At this point in the 24 canon, we true fans of the show understand Jack Bauer, even when his actions seem beyond all reason. Witness his actions in episode 21 of this season, when Jack pulls out all the stops to get where he wants to get, taking no prisoners and seemingly not caring about anyone else. The truth is something else entirely, as when Jack tells Pavel (the man who murdered Renee Walker) during a brutal torture sequence, "We were out. Why wouldn't you just leave us alone?" Then Jack proceeds to eviscerate him.
Anyone who is disillusioned by how deep and dark Jack has become hasn't been watching 24 for the last eight seasons. Jack goes as far as he has to go to do what is right, even in the course of events that make him do things that are ostensibly wrong. Can anyone forget how he wiped out the Drazen crime family in season one, beheaded killer Marshall Goren in season two, and killed countless others in the pursuit of stopping bigger and more inhumane things from taking place?
At this point we can look at the situation in two ways: the writers want us to completely accept that Jack has fallen from grace, or they want us to remember the Jack of old who kicked ass with no apologies. While I would like to believe it is the latter, there is a case to be made that this rogue Jack may be going to a dark territory even he cannot navigate.
When disgraced former President Chucky (Your Friend to the End) Logan asks President Taylor for some kind of recognition for his help in the peace accord, we can see the great pain it causes Taylor to acquiesce to this essentially diplomatic blackmail. Thanks to Cherry Jones's amazing portrayal, Taylor is battling internal demons like never before, knowing that Chucky has dispatched a team to murder Jack Bauer. Despite knowing it is wrong, Taylor's eyes are on the bigger prize of world peace. Perhaps she sees the death of Jack Bauer as collateral damage, but her expression lets us know it goes against all that she holds dear.
Jack has the evidence that confirms Russian involvement in the death of President Hassan. He calls reporter Meredith Reed, with whom Hassan had a clandestine romance. Reed agrees to meet Jack to get the information to make it public in the press, but Jack's call has been monitored by CTU and teams are descending on the department store where Jack has arranged a meeting with Reed.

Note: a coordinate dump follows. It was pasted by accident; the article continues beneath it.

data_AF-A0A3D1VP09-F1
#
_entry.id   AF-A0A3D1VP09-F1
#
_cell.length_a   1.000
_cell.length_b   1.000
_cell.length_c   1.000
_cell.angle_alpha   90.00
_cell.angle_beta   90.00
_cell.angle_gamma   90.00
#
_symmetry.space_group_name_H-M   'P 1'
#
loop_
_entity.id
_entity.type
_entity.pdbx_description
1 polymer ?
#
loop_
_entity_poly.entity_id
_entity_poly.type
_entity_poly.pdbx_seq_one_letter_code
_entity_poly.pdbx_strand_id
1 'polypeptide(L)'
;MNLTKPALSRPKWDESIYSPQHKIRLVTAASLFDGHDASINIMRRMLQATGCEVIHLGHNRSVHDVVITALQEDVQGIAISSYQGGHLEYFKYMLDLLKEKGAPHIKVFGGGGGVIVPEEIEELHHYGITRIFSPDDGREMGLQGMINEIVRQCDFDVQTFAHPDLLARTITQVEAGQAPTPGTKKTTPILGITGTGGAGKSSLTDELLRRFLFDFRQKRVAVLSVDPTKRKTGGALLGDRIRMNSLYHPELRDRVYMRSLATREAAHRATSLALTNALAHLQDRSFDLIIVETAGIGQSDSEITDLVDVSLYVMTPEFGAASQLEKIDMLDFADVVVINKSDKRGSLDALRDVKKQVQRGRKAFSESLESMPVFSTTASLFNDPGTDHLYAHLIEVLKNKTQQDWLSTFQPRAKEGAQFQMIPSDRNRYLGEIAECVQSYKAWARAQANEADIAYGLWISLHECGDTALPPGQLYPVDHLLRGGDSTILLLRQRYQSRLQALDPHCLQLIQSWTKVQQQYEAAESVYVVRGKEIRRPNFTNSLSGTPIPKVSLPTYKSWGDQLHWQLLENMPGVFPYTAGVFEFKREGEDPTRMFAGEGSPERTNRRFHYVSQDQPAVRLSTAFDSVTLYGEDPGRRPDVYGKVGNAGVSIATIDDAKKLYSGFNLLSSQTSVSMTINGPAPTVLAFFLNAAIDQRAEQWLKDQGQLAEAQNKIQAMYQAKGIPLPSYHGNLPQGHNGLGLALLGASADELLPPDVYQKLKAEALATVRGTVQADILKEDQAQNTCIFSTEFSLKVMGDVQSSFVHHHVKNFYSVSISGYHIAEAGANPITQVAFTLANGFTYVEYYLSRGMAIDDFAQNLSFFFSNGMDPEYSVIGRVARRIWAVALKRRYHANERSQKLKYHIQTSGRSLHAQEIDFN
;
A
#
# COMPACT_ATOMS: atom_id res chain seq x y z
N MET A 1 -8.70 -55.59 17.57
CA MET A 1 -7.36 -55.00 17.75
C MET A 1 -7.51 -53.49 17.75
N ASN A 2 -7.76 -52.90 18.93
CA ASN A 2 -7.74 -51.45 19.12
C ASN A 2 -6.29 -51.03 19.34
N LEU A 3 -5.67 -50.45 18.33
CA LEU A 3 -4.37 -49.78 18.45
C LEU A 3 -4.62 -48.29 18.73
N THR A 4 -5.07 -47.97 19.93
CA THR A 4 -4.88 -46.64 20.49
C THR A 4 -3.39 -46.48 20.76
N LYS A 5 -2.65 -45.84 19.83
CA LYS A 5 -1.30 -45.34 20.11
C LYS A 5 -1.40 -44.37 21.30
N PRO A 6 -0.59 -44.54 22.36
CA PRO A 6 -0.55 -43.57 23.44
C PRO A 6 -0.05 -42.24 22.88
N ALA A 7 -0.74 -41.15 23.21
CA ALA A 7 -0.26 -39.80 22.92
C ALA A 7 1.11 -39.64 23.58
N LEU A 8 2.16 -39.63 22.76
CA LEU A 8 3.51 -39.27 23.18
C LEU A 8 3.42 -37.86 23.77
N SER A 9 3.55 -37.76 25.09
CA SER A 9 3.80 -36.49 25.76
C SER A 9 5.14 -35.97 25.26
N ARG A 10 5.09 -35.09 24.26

Jack is getting assistance from old buddy Jim Ricker (played with panache by the incomparable Michael Madsen), and they know the department store will be a set-up. Pavel is sent to take out Bauer, and he confirms in a cell phone call to Logan that he should also kill the reporter for good measure.
Ricker is in place to stop Pavel, and then Jack bing-bang-boom takes out the team that was in place on the ground in the store. Pillar, the Chucky flunky who has managed to be in charge of CTU, realizes Bauer has escaped with the evidence and Reed, and he calls Chucky to tell him to get out while the getting is good. Chucky has his eye on the big prize (public redemption as a savior of the peace accord), so Chucky is unrelenting. He still orders Pillar to get Bauer.
Meanwhile, in yet another abandoned warehouse, Jack has Pavel tied up and ready for torture. Jack knows how to take pain as well as anyone (witness how many times he has been tortured in eight seasons), but Jack also dispenses it with expertise. He tells Pavel, "You don't know pain," and proceeds to work on him with tools, alcohol in wounds, and a blowtorch. Still Pavel will not give, proving to be as resilient to torture as Jack.
Seeing that his methods are not working, Jack checks Pavel's cell phone. He realizes the SIM card is missing, and then figures that Pavel swallowed it. This is when Jack parts ways with Pavel, telling him this is for Renee. He splits open Pavel's stomach and retrieves the SIM card, leaving the terrorist who killed Renee to die.
Upon putting the card into the phone, Jack makes a huge discovery: President Logan was the last person who spoke to Pavel. The expression on Jack's face (give credit to Kiefer Sutherland for this nuanced performance) lets us all know that everything has come to this moment. The ghosts of the past collide with the here and now, and it is obvious Jack's next move will take him to a place he has never been before.
With three hours left in the season and the life of 24 as a television series, we must pause to understand that Jack has no place left to go. He is more than a rogue operative at this point; he is a man without a life, without a country, with nothing left to lose or to give. Jack will pursue justice the only way he knows how, but the price of his actions may be more than we as fans have ever wanted him to pay.